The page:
Garden and Landscaping
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Phlox Phlox bears beautiful clusters of red, pink, lavender, salmon, or white blooms throughout the summer.
Slime flux or Wet Wood is a foul-smelling and unsightly seepage of sap from the trunk of shade trees. It occurs in apple, birch, elm, hemlock, maple, mulberry, oak, poplar and willow. In North Carolina slime flux is very common in large, mature, landscape oaks, tulip poplar and elms.
Vines are useful in the landscape as groundcovers, as a covering for a fence or blank wall, or as shading on an arbor or trellis to cool a patio or deck. Just remember that they can be very vigorous and sprawl over, twine around, climb up, or attach to whatever gets in their way.
Every summer when I was a kid, my mother took me to visit her parents, who lived on the shores of a lake in east Texas. When we arrived, we always headed straight to their grapevines to pick and eat the fresh, juicy fruit. This was not a fancy grape-growing enterprise—just a couple purple 'Concord' grapevines climbing a metal trellis in a vacant lot. These grapes got very little attention between our visits. My grandparents pruned them and tied on new strips of flash tape to keep the birds away, but apart from that, the grapes were on their own.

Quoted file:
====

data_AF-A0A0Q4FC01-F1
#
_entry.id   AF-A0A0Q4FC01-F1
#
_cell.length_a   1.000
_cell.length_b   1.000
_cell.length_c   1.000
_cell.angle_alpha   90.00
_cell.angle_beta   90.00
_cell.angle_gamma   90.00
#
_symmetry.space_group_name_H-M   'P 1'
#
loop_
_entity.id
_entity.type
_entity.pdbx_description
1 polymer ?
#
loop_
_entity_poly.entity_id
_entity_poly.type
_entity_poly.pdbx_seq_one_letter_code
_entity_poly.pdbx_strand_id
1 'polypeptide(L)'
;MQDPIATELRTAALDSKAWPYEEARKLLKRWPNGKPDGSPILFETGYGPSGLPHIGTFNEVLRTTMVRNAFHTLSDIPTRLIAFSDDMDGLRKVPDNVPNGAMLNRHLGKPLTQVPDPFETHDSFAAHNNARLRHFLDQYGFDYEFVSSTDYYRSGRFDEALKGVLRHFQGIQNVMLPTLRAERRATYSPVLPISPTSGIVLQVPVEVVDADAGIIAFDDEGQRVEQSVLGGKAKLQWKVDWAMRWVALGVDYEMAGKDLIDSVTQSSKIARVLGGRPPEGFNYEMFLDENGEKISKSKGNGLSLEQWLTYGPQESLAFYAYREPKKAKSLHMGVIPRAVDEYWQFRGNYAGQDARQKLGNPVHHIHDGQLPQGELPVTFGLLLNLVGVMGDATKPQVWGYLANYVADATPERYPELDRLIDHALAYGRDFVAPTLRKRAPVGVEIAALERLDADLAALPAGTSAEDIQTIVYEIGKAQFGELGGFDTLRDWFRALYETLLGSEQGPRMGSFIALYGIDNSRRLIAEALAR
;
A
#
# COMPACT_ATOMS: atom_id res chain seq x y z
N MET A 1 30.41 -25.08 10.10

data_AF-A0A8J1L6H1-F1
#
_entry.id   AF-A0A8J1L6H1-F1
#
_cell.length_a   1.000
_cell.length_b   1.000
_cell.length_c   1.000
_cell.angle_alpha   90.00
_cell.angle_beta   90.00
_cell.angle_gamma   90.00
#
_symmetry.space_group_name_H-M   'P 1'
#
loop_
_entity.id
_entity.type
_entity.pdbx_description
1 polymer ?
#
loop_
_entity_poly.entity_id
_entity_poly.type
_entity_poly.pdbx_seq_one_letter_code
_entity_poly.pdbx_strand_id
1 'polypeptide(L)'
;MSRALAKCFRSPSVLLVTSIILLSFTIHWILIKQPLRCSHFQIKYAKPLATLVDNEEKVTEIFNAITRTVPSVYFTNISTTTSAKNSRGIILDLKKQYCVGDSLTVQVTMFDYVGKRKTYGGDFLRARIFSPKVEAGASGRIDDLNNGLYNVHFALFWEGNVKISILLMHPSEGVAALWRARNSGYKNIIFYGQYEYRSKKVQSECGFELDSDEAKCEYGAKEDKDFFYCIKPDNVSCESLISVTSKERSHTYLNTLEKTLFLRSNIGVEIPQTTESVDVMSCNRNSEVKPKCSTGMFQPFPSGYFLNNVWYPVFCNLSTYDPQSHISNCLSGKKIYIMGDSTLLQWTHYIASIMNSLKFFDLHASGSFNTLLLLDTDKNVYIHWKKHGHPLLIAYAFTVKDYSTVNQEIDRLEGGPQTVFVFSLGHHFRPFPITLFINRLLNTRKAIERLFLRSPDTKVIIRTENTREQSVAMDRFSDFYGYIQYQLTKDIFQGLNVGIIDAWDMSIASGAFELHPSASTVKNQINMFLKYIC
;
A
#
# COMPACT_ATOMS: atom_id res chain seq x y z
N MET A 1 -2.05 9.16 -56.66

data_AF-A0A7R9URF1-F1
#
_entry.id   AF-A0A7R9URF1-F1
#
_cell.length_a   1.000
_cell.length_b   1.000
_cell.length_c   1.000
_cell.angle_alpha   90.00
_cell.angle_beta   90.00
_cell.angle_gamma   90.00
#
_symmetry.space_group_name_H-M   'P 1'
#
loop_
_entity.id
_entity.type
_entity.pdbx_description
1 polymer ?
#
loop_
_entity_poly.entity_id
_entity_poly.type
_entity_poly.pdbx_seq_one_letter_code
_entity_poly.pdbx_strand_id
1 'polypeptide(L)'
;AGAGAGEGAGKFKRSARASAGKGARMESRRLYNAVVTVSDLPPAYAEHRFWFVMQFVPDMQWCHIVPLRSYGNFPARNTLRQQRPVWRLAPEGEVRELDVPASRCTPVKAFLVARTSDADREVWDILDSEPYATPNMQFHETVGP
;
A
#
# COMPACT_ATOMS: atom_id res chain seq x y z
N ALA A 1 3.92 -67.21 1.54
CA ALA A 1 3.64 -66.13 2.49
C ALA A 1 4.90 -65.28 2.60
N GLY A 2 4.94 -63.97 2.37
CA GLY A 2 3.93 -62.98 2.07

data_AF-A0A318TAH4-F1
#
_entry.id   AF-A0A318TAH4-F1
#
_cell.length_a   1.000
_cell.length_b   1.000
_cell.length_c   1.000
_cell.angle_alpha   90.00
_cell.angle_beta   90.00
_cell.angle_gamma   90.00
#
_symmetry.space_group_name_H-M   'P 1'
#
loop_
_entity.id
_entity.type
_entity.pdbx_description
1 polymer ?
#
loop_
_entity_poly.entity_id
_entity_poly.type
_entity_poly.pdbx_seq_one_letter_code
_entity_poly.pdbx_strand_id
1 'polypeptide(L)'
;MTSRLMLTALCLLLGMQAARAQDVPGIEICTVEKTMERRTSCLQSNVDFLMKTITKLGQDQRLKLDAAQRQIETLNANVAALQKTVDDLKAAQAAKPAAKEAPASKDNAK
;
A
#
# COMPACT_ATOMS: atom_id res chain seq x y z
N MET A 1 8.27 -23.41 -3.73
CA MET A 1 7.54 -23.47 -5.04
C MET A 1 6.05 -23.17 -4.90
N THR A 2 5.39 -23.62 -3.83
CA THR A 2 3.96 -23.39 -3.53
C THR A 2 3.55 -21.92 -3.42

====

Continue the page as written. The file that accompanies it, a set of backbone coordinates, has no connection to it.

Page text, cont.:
On many occasions, we've been tempted to grow our own potatoes. They're fairly low maintenance, can be grown in a pot or in the ground, last a fairly long time if stored properly, and can be very nutritious (high in potassium and vitamin C). Here's more incentive: according to this article, you can grow 100 pounds of potatoes in 4 sq. feet.